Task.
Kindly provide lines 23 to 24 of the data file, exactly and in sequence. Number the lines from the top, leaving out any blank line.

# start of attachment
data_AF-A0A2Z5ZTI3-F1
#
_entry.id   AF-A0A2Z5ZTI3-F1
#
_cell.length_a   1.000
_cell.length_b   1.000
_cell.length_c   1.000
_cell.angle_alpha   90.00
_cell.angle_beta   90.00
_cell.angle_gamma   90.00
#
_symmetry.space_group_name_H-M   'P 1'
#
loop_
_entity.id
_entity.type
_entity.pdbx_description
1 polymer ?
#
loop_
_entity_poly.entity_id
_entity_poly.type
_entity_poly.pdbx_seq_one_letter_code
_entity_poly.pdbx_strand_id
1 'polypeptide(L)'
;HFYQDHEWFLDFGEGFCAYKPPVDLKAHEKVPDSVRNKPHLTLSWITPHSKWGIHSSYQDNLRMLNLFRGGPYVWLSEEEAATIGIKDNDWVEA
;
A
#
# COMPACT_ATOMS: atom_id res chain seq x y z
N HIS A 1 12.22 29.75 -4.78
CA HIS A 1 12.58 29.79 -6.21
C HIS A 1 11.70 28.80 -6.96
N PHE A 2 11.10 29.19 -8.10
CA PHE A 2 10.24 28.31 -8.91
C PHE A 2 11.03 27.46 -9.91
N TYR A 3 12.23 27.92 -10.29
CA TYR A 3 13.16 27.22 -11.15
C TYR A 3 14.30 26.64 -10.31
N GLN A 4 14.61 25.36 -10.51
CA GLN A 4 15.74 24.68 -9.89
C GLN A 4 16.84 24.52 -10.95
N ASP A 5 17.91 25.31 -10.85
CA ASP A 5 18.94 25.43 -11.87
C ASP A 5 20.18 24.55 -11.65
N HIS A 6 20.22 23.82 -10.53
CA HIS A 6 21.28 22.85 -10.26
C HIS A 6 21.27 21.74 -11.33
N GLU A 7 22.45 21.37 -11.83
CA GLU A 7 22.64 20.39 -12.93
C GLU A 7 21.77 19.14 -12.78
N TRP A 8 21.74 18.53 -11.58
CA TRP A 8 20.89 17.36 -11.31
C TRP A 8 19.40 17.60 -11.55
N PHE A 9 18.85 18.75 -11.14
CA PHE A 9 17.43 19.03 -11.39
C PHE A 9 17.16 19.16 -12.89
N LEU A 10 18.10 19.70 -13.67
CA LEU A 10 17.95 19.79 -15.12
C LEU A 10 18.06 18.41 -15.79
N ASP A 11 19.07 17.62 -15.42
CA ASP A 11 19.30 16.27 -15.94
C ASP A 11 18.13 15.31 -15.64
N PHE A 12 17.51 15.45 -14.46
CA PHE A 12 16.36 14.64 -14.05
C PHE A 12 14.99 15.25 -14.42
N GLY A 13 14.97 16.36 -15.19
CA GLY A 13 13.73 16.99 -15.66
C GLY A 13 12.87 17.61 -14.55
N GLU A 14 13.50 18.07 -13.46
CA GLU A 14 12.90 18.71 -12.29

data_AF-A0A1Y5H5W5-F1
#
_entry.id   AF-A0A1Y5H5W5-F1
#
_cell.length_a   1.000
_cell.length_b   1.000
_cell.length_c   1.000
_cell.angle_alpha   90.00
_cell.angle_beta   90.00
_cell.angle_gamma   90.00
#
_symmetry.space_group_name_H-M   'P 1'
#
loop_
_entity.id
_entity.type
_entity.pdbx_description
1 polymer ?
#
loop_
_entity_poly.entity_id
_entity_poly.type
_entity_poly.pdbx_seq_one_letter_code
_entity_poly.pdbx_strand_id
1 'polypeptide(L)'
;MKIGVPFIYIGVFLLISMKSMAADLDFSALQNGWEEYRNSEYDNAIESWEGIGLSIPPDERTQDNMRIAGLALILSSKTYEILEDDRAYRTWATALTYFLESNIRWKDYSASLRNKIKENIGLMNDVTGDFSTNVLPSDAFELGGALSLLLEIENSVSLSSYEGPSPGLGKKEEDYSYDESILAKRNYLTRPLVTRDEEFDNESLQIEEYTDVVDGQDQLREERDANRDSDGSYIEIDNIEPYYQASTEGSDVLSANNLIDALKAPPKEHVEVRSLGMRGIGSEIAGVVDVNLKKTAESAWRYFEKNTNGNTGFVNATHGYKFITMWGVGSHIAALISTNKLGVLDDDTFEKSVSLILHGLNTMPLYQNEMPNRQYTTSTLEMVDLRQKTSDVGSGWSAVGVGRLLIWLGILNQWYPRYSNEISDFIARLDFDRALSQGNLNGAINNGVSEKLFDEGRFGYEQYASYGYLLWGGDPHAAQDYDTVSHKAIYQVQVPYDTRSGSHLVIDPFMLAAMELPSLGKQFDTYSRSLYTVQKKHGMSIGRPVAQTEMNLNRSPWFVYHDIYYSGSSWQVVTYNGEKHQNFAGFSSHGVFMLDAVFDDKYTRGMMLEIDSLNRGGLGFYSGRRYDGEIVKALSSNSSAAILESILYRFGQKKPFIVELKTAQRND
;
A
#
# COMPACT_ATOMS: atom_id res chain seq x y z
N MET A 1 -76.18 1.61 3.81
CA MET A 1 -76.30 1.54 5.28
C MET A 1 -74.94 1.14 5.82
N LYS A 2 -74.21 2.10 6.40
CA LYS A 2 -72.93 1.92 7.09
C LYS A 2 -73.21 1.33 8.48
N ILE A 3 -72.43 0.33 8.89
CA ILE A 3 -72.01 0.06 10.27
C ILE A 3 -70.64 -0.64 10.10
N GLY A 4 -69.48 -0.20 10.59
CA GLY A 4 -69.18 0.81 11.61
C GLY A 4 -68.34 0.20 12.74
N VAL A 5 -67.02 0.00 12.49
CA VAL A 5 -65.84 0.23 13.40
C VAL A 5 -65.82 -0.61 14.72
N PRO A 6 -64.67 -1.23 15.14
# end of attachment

_entity_poly.pdbx_seq_one_letter_code
_entity_poly.pdbx_strand_id